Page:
American churches are building first-class gyms to get followers in shape and attract new members to the flock. Critics see lucrative businesses masked as ministries, but the programs are a spirited defense against our obesity epidemic.
The pilates class starts with a prayer. “I just pray, Father… to be strong and to be healthy, and just have the right focus… in Jesus’s name, amen.”
“Amen,” whisper 11 women over low-volume praise music and the hum of 9 a.m. traffic on Houston’s 10-to-610 interchange. Then instructor Debbie Brown, a spunky 56-year-old with a halo of bright red hair, gets to it. Flanked by two wooden crosses, her amplified voice sounding like a holy directive, she leads us through 45 minutes of stretches and strengthening exercises that’ll leave me face-flat on my Houston First Baptist Church–branded yoga mat.
This is my first time doing pilates. And my first workout in a church gym. I spend the top half of class worrying that my triathlon shorts are flashing too much thigh in a sea of calf-length black yoga pants. I spend the rest of the time wondering if I’ll be sent to hell because I thought it was funny when the band on the stereo sang “We press into you, God!” while we were all doing bridges.
I’m here because health-minded Christian pundits have hailed First Baptist as a shining example of what’s possible when religion and fitness unite. In late 2009, the church invested a quarter of a million dollars to renovate its existing 25,000-square-foot rec center, making it a viable alternative to the city’s upscale health clubs. Besides the Group X room—a full-size basketball court where 14 instructors teach pilates, TRX, high-intensity interval training, “Godspeed Spin,” and other classes throughout the week—the facility has two weight rooms with HFB-branded Cybex machines, a cardio room, an indoor track, sprawling locker rooms, a hydromassage bed, and, for good measure, six bowling lanes.
The walls throughout are adorned with snippets of health-related scripture: God gives power and strength to his people (Psalm 68:35, in the weight room); For in Him, we live and move and exist (Acts 17:28, in the Group X space); Strength and honor are her clothing (Proverbs 31:25, in the women’s locker room). The place gives new meaning to the mantra “The gym is my church.”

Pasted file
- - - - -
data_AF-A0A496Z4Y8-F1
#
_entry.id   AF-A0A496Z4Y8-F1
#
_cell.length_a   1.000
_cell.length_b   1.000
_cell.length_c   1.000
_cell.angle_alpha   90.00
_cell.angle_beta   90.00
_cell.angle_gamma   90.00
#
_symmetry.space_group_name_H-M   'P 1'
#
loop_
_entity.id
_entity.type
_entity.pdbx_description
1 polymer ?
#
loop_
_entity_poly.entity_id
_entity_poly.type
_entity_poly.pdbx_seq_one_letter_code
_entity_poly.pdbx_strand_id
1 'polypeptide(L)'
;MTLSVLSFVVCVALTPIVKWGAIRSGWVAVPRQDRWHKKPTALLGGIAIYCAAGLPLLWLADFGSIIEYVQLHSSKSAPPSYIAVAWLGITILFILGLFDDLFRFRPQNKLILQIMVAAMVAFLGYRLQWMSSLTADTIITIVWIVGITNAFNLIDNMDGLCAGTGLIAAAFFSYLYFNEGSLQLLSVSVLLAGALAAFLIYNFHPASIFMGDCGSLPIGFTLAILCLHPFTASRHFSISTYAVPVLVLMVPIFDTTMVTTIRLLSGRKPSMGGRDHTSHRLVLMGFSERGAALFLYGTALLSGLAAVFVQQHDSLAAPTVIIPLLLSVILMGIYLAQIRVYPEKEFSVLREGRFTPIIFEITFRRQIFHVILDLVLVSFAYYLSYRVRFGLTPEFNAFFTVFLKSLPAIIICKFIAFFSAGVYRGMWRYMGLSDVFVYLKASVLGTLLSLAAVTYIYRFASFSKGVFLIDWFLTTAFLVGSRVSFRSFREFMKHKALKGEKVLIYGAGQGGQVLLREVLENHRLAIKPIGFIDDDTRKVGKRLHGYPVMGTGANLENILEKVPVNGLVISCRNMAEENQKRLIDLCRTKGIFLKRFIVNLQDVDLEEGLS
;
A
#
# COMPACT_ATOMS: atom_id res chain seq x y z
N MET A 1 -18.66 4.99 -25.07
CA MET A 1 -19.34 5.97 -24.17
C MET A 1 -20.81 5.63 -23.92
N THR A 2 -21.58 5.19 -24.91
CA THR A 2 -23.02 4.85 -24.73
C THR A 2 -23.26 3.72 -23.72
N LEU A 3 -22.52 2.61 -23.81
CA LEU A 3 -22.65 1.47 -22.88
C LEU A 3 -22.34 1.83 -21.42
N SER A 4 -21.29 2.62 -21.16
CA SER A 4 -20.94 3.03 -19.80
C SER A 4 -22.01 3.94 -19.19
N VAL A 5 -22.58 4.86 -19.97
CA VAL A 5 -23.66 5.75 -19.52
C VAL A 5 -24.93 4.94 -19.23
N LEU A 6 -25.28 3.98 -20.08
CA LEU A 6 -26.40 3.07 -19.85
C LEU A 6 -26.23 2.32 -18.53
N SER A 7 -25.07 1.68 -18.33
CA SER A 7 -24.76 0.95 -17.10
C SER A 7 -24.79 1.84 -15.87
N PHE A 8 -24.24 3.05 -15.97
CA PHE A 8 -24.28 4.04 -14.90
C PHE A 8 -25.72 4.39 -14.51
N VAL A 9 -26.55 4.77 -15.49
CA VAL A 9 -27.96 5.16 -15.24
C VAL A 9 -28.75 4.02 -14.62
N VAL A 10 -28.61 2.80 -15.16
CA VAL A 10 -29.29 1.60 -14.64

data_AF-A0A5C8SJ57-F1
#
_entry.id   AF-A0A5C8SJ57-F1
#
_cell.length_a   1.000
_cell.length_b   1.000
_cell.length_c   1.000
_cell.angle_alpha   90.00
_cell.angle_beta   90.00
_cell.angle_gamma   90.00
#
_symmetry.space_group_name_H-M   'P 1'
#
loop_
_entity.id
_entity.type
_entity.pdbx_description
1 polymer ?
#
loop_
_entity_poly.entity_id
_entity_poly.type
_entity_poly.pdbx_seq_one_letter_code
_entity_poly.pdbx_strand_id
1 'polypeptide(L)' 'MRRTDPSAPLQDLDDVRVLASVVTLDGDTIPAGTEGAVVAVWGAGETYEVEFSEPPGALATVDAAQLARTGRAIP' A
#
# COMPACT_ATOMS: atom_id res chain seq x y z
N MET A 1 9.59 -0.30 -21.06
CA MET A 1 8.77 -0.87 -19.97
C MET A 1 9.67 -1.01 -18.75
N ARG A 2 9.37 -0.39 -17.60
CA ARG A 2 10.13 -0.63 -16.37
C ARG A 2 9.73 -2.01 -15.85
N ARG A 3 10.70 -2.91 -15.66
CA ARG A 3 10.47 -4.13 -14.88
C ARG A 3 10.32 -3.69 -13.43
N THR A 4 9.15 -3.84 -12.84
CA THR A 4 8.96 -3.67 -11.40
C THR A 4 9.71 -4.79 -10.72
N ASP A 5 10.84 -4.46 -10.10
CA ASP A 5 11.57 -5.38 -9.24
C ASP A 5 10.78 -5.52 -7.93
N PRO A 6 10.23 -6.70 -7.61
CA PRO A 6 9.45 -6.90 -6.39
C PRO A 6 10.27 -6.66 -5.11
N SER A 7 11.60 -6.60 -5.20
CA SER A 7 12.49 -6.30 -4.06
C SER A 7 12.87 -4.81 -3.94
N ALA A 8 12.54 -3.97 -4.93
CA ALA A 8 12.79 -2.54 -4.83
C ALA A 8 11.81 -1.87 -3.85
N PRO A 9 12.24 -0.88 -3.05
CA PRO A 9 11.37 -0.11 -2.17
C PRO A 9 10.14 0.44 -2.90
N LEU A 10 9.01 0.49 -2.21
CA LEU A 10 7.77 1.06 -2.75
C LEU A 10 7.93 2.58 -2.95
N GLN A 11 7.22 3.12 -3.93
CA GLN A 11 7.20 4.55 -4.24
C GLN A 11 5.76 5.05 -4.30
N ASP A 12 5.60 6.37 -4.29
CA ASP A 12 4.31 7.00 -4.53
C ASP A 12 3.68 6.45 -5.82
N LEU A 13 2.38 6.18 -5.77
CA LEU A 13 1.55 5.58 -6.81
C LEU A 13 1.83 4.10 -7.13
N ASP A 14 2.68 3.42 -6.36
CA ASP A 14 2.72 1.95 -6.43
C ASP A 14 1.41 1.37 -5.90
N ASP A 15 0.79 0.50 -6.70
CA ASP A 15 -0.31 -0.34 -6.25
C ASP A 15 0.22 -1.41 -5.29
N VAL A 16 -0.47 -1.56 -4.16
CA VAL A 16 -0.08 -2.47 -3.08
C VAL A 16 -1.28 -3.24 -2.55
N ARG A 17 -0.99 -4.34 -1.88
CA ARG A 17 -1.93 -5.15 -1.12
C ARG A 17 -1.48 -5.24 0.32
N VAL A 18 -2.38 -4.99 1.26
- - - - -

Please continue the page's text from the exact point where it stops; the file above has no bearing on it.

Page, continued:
“God wants us to be healthy and strong and to shine out his light for others to see,” Brown said as she took me on a tour before class. She’s First Baptist’s fitness-ministry associate, as well as its most popular pilates instructor. “We should be the fittest people on the planet!”
Athletics and the Christian faith have not always been mutually exclusive. In the mid-1880s, the Muscular Christianity movement arose in the UK, preaching that participation in sports could help develop morality and manly character. And since 1963, Oral Roberts University, funded by the famed evangelist, has espoused “whole-person education.” At its strictest, this meant that obese students could be suspended until they lost weight. That policy is no longer enforced, but in January the university announced that all freshmen in the class of 2019 would be required to wear Fitbits monitored by professors.
Still, in the U.S. organized religion has largely focused on developing followers’ minds and spirits, leaving the body to team sports and athletic clubs. Now that’s changing. American churches are getting into the workout biz, and the effort is blowing up. The American Council on Exercise named faith-based fitness one of the top trends of 2016. There’s a magazine dedicated entirely to the cause (Faith & Fitness) and a website that helps churches set up their own exercise ministries (ChurchFitness.com). Last year, Health Fitness Revolution, a nonprofit best known for producing health-related listicles, ranked top 50 fitness-minded American megachurches (number one: Lakewood Church in Houston)—and that only covered congregations with more than 2,000 people attending weekly services.
Make no mistake: in an era of declining church membership, one of the main reasons faith-based gyms exist is to draw people to the gospel, whether they’re parishioners or not. “We want people to come,” says First Baptist fitness minister Dave Bundrick. It’s the exact opposite M.O. of big-box gyms that base their business models on people not showing up. Church fitness centers do charge fees, but they measure their success not in dollars but in what Bundrick calls ministry opportunities—interactions in which there’s a chance to “positively impact a person’s perception of our ministry, church, and ultimately, our God.”
Academics see another explanation for the trend. “It’s a response to the social and cultural problems of the age we’re in,” says Nick J. Watson, senior lecturer in sports, culture, and religion at York St. John University in the UK, whose research focuses on the role of the church in public health. That’s a nice way of saying we’re fat. In August, he is gathering some of the world’s top Christian academics to meet with politicians, clergy, and athletes at the inaugural Global Congress on Sports and Christianity. The event’s goal is to encourage collaboration and improve public health through multidisciplinary research on effective interventions.
Watson, along with a growing number of other observers, is buoyed by the belief that church exercise programs could be a powerful weapon in America’s flailing battle against obesity. Ironically, the greatest challenge to the rising movement is coming from the mainstream fitness industry, which is doing everything it can to contain what it views as an existential threat.
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